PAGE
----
Fort Lewis units battle for recycling superiority
November 21, 2008
By Bob Reinert
FORT LEWIS, Wash. - It takes 34 aluminum cans to make a pound. Collect 2,600 pounds of the containers, and you've done something noteworthy.
Thirty-four Fort Lewis units competing in the annual America Recycles Day Aluminum Can Challenge hauled 78,000 cans to the Recycling Center. The 90-day challenge began Aug. 1 and ended Oct. 31.
"It was a huge undertaking," said Brendalyn Carpenter, sustainability outreach coordinator for the Environmental Division of Fort Lewis Public Works. "We are excited about so many units getting on board and taking part in the challenge."
Soldiers and family readiness groups from the units were recognized for their efforts during an award ceremony Nov. 13 at the Family Resource Center. Unit winners were named in three categories: Large Unit Category - 4th Squadron, 160th Special Operations Aviation, 147 pounds; Medium Unit Category - 63rd Ordnance Company, 115 pounds; and Small Unit Category - Western Region ROTC, 143 pounds.
"There were different strategies," said Carpenter of the can collection. "It was really exciting to see."
Winners received up to $250 for their unit fund accounts. They also were allowed to keep the revenue generated from their aluminum cans - 33 cents per pound.
MAMC Troop Command, which placed second in the large unit category, won the grand prize of a tour of the LeMay Car Museum for being the "most consistent recycler of the year." The unit made 22 deliveries to the recycling center since the end of the last challenge.
Civilians from garrison directorates also took part in the challenge. Public Works collected 307 pounds, followed by Family and Morale, Welfare and Recreation-Golf Course (245 pounds), Logistics-Hazardous Materials Control Center (25 pounds), and Plans, Training, Mobilization and Security-Range Control (18 pounds). They received certificates.
"The aluminum can challenge is just one way that we demonstrate our commitment to this environment," said Command Sgt. Maj. Matthew Barnes, garrison command sergeant major, who presented the awards. "The participants in this challenge are commended for your efforts.
"It takes a personal commitment and a willingness to set an example. Let's use this challenge as a springboard to other recycling opportunities. The real benefits will be realized over time as we commit to recycling year-round."
Last year was the debut of the aluminum can challenge at Fort Lewis. The six-week campaign in 2007 resulted in the collection of 1,100 pounds of the lightweight containers.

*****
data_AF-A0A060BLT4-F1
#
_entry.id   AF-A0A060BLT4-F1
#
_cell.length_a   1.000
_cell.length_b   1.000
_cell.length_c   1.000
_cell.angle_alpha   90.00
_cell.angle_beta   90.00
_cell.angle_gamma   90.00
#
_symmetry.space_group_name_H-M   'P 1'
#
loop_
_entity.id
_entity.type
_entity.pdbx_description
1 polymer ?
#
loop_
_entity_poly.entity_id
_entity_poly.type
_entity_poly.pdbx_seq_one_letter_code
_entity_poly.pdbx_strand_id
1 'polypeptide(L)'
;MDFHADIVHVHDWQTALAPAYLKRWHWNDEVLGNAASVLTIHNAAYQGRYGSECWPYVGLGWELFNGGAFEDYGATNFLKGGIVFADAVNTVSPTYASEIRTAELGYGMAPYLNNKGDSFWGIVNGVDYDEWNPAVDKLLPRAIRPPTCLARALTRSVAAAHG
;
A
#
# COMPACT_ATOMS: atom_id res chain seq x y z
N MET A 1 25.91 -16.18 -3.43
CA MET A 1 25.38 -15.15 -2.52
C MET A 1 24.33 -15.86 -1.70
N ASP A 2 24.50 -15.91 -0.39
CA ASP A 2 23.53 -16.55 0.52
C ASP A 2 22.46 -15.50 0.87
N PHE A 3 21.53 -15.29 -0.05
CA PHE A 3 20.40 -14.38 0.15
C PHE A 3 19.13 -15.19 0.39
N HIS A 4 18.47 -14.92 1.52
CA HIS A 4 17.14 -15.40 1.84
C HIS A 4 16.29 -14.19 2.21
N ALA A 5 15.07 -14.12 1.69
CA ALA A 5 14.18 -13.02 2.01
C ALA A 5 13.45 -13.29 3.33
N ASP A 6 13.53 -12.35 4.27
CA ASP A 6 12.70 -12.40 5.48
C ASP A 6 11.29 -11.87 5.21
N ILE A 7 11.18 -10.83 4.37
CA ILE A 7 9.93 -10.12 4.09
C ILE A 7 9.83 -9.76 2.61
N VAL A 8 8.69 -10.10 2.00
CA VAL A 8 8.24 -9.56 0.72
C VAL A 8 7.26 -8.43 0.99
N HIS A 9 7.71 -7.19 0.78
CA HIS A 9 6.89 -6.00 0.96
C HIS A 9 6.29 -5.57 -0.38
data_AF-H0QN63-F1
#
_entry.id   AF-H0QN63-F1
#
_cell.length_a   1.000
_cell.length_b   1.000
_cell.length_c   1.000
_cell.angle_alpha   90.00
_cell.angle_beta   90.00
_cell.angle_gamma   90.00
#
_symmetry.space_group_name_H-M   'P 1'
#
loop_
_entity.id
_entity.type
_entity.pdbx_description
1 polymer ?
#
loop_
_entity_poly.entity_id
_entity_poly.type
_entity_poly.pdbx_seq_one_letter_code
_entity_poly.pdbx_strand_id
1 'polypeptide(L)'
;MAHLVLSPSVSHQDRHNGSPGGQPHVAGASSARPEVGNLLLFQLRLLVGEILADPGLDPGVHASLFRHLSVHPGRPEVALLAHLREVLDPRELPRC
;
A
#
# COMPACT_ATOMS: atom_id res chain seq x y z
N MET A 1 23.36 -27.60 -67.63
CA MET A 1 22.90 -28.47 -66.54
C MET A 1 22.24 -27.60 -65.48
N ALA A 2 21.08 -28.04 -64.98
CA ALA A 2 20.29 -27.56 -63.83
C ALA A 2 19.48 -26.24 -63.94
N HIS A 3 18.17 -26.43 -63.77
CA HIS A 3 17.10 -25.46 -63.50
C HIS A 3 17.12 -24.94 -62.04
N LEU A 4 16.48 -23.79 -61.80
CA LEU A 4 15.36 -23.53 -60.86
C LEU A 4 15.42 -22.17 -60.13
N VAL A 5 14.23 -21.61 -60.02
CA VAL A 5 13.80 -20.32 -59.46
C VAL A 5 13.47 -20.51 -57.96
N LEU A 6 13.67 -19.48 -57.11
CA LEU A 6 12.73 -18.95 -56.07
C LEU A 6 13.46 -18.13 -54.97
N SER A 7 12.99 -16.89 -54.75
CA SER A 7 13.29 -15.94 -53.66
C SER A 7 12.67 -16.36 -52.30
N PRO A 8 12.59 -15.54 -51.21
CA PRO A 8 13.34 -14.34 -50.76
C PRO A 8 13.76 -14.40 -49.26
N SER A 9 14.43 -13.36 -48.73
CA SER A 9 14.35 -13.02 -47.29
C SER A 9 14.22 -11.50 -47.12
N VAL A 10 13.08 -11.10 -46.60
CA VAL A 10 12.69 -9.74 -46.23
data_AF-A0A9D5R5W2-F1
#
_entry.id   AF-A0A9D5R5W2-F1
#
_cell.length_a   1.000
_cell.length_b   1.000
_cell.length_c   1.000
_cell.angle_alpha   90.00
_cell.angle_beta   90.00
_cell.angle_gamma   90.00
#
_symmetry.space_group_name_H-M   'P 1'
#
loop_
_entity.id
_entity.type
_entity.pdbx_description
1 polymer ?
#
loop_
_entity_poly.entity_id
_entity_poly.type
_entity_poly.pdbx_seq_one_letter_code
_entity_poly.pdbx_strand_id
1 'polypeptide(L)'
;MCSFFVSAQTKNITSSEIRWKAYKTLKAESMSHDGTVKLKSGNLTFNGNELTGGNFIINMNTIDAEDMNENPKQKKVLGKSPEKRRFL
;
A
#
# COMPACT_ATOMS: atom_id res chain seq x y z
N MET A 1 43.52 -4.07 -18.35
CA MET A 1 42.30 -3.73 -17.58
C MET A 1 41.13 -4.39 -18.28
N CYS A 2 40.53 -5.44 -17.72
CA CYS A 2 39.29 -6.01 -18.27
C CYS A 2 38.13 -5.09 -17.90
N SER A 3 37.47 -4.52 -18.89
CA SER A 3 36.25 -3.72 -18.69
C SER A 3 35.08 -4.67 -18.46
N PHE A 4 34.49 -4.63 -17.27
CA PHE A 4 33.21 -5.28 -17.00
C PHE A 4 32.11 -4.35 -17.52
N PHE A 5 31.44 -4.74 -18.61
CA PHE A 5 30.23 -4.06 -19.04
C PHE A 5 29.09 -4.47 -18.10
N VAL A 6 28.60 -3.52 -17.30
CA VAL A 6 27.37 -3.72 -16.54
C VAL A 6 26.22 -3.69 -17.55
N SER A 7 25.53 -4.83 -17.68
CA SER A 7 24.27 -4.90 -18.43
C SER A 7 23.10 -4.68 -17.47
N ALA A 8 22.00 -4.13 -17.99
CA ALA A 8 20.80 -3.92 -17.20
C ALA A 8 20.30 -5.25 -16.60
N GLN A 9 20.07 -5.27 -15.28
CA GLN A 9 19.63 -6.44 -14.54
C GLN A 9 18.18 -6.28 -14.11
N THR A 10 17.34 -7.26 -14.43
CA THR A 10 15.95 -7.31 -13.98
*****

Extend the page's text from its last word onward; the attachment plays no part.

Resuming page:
"Today, we more than doubled last year's total weight, recycling more than one ton of aluminum cans," Barnes said. "We filled one 30-yard and one 20-yard container."
The campaign's goal was to keep aluminum cans out of solid-waste containers on post and save the energy it takes to make new cans. It's all part of the Fort Lewis sustainability program, whose goal is to achieve zero net waste on the installation by 2025.
"With a concerted effort, Fort Lewis will continue to reduce its environmental footprint, set the pace for a sustainable future and secure our mission," Barnes said.
2008 Aluminum Can Challenge Winners:
Large Unit Category
1st - 4-160th SOAR, 147 lbs.
2nd - Madigan Army Medical Center Troop Command, 122 lbs.
3rd - A Company, Warrior Transition Battalion, 88 lbs.
Medium Unit Category
1st - 63rd Ordnance Company, 115 lbs.
2nd - HSB, 3-17 Field Artillery, 67 lbs.
3rd - C Company, 1-17 Infantry, 36 lbs.
Small Unit Category
1st - Western Region ROTC, 143 lbs.
2nd - B Company, 502nd Military Intelligence Battalion, 111 lbs.
3rd - U.S. Army Center for Health Promotion and Preventive Medicine-West, 90 lbs.
3rd - HHC, 201st Battlefield Surveillance Brigade, 90 lbs.
* Two third-place cash prizes awarded
Garrison Directorate Certificates
Directorate of Public Works, 307 lbs.
Directorate of Family and Morale, Welfare and Recreation - Golf Course, 245 lbs.
Directorate of Logistics - Hazardous Materials Control Center, 25 lbs.
Directorate of Plans, Training, Mobilization and Security - Range Control, 18 lbs.
Bob Reinert is a reporter with Fort Lewis' Northwest Guardian.